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Charisma was all the rage when I was in college; the Kennedys, the Beatles, Elvis, James Dean, Pope John XXIII. People were drawn to these bigger-than-life individuals who possessed superior talents, ideas, good looks and style. Most people viewed charisma as something you are born with. I felt that way too until I met a very special man who taught me the secret of personal attraction.

The Ol’ Chaplain’s Magic

In the early phases of grad school training, I was assigned a semester long practicum at a state mental hospital located on a large campus in central North Carolina. Within days of arriving to begin my placement, the proctor, in an offhand comment, asked our group if we could keep our eyes open to see what was going on with Chaplain Martin, our campus chaplain. It seems that patients were gathering around the old chaplain each time he walked across campus. I had the impression that treatment staff were concerned and curious about how he was attracting so much attention. I assumed that the hospital staff was concerned that Chaplain Martin was giving tobacco, or snack food to patients as a way to make their day a little brighter, and, perhaps, to bribe them to come to his services. This would have been frowned on by the medical staff. In any event, my group agreed to pay attention when we saw the Chaplain out and about on campus.

A few days later I happened to see the Rev. Martin trudging across the campus carrying his old leather briefcase stuffed with papers and books. He was the epitome of the middle-aged underpaid state employee sporting an open neck crumpled dress shirt, baggy pants and old Hush Puppy shoes. Not what you would call a striking figure. He did little to call attention to himself. But, sure enough, as he made his way across the campus, almost every patient on the grounds approached him. Our proctor was right. Something was going on. I introduced myself as one of the new practicum students and walked with him to see what was happening. He seemed comfortable with having me along. As we walked, patients continued to approach. He would pause and engage each one. He did not give patients anything. There were no little bags of tobacco or sweets. Just a brief exchange, and it was over. He went on, only to be approached by another patient, until he reached his destination.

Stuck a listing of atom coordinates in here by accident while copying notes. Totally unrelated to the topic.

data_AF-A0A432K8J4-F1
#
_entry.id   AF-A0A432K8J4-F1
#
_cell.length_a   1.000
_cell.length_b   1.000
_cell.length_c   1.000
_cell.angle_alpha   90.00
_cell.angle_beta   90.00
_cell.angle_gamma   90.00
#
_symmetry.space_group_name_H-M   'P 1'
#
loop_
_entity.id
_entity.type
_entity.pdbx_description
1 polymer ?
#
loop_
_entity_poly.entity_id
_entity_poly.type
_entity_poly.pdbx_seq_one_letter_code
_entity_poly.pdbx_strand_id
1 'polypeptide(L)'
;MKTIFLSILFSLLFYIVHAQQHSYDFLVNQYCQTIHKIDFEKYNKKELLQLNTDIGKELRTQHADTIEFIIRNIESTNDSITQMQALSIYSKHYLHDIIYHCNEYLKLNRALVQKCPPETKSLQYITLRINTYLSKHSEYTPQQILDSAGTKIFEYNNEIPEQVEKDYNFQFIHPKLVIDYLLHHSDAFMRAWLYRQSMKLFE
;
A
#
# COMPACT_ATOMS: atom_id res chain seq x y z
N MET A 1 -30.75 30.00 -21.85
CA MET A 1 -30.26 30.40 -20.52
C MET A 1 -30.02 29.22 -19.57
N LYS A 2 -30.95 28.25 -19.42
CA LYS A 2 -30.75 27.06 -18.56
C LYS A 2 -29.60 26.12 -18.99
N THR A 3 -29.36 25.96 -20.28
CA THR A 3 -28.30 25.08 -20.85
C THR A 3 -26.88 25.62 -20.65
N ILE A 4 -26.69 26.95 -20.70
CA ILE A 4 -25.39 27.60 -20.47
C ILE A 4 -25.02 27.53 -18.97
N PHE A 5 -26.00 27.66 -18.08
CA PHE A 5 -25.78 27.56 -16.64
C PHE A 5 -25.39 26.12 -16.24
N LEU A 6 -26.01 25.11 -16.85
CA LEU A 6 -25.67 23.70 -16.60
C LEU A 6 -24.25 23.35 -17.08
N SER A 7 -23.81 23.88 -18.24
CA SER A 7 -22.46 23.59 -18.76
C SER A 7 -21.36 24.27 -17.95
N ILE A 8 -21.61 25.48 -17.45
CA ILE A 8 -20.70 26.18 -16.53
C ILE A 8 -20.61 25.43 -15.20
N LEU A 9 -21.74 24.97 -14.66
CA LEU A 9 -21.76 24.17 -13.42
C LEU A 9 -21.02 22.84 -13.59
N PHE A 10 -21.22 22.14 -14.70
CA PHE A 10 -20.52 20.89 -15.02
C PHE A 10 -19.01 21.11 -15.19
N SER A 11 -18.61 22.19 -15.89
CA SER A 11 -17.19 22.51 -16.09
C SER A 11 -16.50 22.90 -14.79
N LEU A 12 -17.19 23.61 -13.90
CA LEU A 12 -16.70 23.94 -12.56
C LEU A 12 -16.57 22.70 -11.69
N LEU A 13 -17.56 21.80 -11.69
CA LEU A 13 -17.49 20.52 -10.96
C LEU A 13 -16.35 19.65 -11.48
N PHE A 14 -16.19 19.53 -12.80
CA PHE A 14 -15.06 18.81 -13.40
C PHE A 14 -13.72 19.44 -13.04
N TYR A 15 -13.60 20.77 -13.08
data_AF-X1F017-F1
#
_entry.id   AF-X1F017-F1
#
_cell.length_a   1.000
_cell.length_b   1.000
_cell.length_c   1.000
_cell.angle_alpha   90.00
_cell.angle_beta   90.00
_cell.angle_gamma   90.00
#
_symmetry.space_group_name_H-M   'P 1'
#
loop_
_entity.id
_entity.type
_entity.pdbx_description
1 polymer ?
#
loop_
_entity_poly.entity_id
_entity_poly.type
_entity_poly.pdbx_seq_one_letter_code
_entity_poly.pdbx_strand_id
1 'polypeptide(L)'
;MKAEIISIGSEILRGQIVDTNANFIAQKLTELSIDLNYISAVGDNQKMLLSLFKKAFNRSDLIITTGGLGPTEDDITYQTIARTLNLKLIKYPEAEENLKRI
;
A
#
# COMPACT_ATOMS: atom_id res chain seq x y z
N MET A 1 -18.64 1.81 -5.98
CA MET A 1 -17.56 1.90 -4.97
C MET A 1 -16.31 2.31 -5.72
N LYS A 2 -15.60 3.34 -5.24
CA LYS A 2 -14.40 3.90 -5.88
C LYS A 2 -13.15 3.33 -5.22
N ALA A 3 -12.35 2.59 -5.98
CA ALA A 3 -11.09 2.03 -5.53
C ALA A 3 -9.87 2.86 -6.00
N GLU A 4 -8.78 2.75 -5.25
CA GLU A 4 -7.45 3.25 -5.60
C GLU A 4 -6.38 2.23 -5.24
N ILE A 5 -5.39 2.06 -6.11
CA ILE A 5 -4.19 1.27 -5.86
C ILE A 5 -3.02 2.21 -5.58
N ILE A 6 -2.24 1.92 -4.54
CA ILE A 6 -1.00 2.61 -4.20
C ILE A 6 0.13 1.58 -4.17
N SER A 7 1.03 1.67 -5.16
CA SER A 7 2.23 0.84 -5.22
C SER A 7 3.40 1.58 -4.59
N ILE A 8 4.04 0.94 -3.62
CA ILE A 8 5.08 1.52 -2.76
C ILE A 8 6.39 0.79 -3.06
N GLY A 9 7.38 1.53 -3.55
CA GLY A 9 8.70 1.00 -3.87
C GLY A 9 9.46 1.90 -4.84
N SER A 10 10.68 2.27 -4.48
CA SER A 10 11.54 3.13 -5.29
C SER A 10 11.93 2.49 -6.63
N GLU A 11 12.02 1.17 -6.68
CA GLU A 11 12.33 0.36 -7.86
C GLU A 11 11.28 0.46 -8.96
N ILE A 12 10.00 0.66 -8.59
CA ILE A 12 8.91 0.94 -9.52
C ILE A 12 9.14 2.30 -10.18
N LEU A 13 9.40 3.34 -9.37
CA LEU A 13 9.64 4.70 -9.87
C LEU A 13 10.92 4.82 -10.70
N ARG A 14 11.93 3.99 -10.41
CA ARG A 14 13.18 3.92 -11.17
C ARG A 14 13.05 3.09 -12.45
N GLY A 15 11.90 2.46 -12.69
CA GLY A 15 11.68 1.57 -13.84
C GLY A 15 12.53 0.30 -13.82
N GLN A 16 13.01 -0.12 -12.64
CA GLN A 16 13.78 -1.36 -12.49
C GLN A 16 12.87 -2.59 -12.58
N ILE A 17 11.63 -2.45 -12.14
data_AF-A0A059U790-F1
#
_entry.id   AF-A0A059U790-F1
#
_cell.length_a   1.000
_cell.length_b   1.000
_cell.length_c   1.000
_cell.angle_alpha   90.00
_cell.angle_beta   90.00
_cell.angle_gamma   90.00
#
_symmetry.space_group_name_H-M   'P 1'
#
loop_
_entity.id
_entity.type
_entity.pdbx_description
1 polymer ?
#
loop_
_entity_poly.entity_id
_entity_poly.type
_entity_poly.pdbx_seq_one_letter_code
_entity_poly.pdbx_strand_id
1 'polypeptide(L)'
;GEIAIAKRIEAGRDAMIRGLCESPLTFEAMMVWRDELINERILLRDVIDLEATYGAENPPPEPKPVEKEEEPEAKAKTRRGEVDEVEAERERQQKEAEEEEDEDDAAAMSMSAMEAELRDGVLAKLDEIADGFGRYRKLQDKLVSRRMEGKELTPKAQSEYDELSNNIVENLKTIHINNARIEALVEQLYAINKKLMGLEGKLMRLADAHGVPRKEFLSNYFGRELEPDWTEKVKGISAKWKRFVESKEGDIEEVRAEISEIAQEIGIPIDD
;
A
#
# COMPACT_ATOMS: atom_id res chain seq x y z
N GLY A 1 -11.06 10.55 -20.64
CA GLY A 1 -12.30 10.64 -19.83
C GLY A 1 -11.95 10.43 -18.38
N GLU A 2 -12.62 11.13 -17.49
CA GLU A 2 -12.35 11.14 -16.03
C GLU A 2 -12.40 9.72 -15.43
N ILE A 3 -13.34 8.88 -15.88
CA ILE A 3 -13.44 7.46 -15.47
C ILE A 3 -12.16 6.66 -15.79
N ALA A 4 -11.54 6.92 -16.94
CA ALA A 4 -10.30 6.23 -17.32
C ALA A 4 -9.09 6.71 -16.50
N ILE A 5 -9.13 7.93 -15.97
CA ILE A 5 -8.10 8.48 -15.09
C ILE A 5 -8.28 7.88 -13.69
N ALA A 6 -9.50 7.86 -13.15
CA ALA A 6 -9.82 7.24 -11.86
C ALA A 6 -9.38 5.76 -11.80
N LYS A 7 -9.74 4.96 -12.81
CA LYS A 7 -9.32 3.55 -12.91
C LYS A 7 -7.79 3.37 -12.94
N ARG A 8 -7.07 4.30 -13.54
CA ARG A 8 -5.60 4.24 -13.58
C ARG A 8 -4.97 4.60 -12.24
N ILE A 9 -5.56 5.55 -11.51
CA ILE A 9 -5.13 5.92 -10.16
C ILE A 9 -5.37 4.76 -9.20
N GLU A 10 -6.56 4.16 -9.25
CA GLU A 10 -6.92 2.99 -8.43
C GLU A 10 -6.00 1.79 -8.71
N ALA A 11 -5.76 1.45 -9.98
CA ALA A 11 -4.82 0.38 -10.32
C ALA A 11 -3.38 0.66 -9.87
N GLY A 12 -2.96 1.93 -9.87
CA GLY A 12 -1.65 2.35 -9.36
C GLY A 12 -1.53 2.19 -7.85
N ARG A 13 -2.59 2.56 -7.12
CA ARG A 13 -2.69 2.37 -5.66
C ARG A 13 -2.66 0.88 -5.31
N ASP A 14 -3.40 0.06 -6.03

Missing It

A week or two passed before our instructor brought up the subject of Chaplain Martin’s patient interactions. None of us had a solid impression. All that we could report was that the Chaplain was approached by lots of patients when he was moving around campus. He would stop each time, greet each person by name or nickname, and ask about their day or some subject they had been talking about the day before. For the few moments they were together they focused on each other. They would part with a touch or a warm smile and move on.

At the time, I we concluded that there were no concerns that the chaplain was reinforcing psychotic delusions or dispensing contraband. In fact, his daily contacts seemed to be positive. We were encouraged to continue watching the Chaplain.

My Ahah Moment

I have a pretty thick skull. It took months to realize that my hospital instructor was in cahoots with Chaplain Martin. He and the chaplain were setting us up to discover the difference between caring for people, versus caring for patients. We were totally focused on mastering the long psych test batteries, the case staffing presentations, and treatment planning. These skills were essential. But making a positive difference required something else. To make a real difference, we would need to connect with patients as people versus patient/doctor.

Chaplain Martin’s charisma was real. He was not the striking figure of a Machelle Obama, a Ronald Reagan, or a Bruce Springsteen. But he was a compelling figure in the lives of those he ministered to at the hospital, and for anyone else fortunate enough to connect with him.

My take away was that regular people like you and me can have charisma too. Whether we are treating a patient, or checking out at the local Kroger store, we have the chance to pause and connect with our fellow human being; it only takes a moment. If you happen to be in the market for some really powerful charisma, check us out at www.ResonanceNC.Com. We would enjoy being along for your journey.

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